chap04, Chapter 4 - Test Bank Doctor

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File: chap04, Chapter 4
Multiple Choice
1. A patient has a swollen ear caused by a bacterial infection. Which of the following is not a
feature of the inflammatory process?
A. Leakage of fluid through permeable capillaries into the loose connective tissue of the ear
B. Congestion of tissues because of dilation of capillaries
C. Redness of skin because of increased blood flow through the inflamed tissues
D. Reduced blood flow to tissues because of vasoconstriction of capillaries in the area of
inflammation
Ans: D
Page: 60
2. Which of the following is not a mediator of inflammation?
A. Prostaglandins
B. Histamine
C. Bradykinins
D. Gamma globulin antibodies
E. Products of complement activation
Ans: D
Page: 62-63
3. An infection that spreads from its original site to involve the regional lymph nodes is called
what?
A. An abscess
B. Lymphadenitis
C. Cellulitis
D. Lymphangitis
Ans: B
Page: 65
4. What is the antibody-producing cell that plays an important role in protecting us from infection?
A. Plasma cell
B. T lymphocyte
C. Monocyte
D. Neutrophil
Ans: A
Page: 66, cross-reference in Chapter 5, page 77
5. Which of the following statements about pathogenic microorganisms is NOT true?
A. The ability to cause disease depends on the virulence of the organism and the integrity of the
body’s immune defenses.
B. Adrenal corticosteroids facilitate destruction of organisms and promote recovery.
C. They usually incite an inflammatory response at the site of invasion.
D. The ability to respond to a pathogen is in part genetically determined.
Ans: B
Page: 63
6. A young man is struck on the cheek by a baseball and sustains an injury in which the skin is not
broken and the cheekbone is not fractured. He develops an acute inflammation in the injured area.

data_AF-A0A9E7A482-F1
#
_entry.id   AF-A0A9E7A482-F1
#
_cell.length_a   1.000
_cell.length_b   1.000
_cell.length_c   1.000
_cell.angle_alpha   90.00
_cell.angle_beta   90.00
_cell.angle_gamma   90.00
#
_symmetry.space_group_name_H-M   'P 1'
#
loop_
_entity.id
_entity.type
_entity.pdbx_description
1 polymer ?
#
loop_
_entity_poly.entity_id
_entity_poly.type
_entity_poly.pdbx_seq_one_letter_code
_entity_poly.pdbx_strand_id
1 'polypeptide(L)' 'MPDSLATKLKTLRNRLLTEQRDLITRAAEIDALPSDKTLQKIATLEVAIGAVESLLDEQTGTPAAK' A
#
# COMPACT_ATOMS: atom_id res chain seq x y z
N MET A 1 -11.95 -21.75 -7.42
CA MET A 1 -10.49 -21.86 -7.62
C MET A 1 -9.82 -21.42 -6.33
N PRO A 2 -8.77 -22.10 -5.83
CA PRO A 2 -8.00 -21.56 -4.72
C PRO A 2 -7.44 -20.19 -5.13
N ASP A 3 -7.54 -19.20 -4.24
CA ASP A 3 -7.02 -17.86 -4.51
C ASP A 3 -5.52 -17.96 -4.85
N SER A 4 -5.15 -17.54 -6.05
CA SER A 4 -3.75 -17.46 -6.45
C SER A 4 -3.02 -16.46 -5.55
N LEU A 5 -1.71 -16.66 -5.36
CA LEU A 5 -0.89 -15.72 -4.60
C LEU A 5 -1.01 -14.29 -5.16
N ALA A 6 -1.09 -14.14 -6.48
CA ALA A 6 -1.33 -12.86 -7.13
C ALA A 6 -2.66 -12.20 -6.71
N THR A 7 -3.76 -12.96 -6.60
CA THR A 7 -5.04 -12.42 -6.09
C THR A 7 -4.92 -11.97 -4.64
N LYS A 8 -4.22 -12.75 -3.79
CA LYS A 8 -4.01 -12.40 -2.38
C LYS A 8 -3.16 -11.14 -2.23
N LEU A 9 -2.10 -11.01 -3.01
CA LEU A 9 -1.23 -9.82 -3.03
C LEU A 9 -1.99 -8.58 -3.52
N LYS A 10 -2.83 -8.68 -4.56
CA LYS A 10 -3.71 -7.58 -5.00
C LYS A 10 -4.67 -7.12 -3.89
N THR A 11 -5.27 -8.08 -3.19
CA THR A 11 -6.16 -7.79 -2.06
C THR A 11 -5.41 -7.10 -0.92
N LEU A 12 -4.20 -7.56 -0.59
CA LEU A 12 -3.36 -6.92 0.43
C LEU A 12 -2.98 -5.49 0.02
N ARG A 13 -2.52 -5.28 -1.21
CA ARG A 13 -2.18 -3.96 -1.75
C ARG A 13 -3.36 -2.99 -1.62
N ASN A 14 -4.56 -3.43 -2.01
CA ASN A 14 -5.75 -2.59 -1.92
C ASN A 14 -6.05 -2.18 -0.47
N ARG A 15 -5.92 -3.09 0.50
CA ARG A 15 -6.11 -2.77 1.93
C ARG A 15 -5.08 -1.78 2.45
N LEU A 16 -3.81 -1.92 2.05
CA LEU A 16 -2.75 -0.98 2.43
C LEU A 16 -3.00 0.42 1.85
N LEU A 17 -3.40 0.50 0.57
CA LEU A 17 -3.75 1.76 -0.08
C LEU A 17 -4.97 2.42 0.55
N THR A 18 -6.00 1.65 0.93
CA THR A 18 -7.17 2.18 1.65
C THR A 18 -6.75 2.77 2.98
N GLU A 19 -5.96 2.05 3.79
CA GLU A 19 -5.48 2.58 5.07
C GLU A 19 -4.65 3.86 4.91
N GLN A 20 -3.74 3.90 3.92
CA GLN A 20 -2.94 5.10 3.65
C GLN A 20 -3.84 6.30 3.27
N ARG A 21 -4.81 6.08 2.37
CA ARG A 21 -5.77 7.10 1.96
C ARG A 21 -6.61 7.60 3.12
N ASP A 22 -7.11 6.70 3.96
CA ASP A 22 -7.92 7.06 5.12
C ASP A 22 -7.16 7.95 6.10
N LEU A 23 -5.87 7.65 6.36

Which of the following is NOT part of the acute inflammatory process?
A. Leakage of fluid through permeable capillaries into the connective tissue of the cheek
B. Congestion of tissues caused by dilation of capillaries
C. Accumulation of leukocytes in the injured area
D. Accumulation of plasma cells and formation of immunoglobulins
Ans: D
Page: 60
7. The most important cell in the acute inflammatory response is an actively phagocytic cell called
the __________.
A. mononuclear cell
B. monocyte
C. polymorphonuclear leukocyte
D. macrophage
Ans: C
Page: 60
8. Which of the following are systemic effects from an inflammatory response?
A. Elevated temperature
B. Redness and swelling
C. Blisters
D. Pus
Ans: A
Page: 60
9. These are chemical agents that are released when tissue is damaged, promoting an inflammatory
response.
A. Exudate
B. Mediators of inflammation
C. Mononuclear cells
D. Vasodilators
Ans: B
Page: 62-63
10. Cells that most commonly active during chronic infections are:
A. lymphocytes, monocytes, and plasma cells.
B. polymorphonuclear leukocytes, monocytes, and mast cells.
C. complement and bradykinins.
D. None of the above.
Ans: A
Page: 66
11. What does the ending –itis indicate when it is affixed to the name of an organ or tissue (e.g.,
hepatitis)?
A. Pain is present in that tissue or organ.
B. An infection or an inflammatory process is occurring in that tissue or organ.
C. The tissue or organ has sustained serious and irreversible damage.
D. An abscess is present in the tissue or organ.
Ans: B
Page: 64-65
12. Injury and infection by a pathogenic organism can cause inflammation. What else can cause an
inflammatory response?
A. Administration of corticosteroid hormones
B. Excess lysosomes in the cells
C. Interaction of antibodies and antigens
D. No other causes exist
Ans: C
Page: 64
13. What happens when the vasodilator histamine is released by the mast cells?
A. The inflammatory process is ended.
B. Blood platelets adhere to collagen fragments and begin the healing process.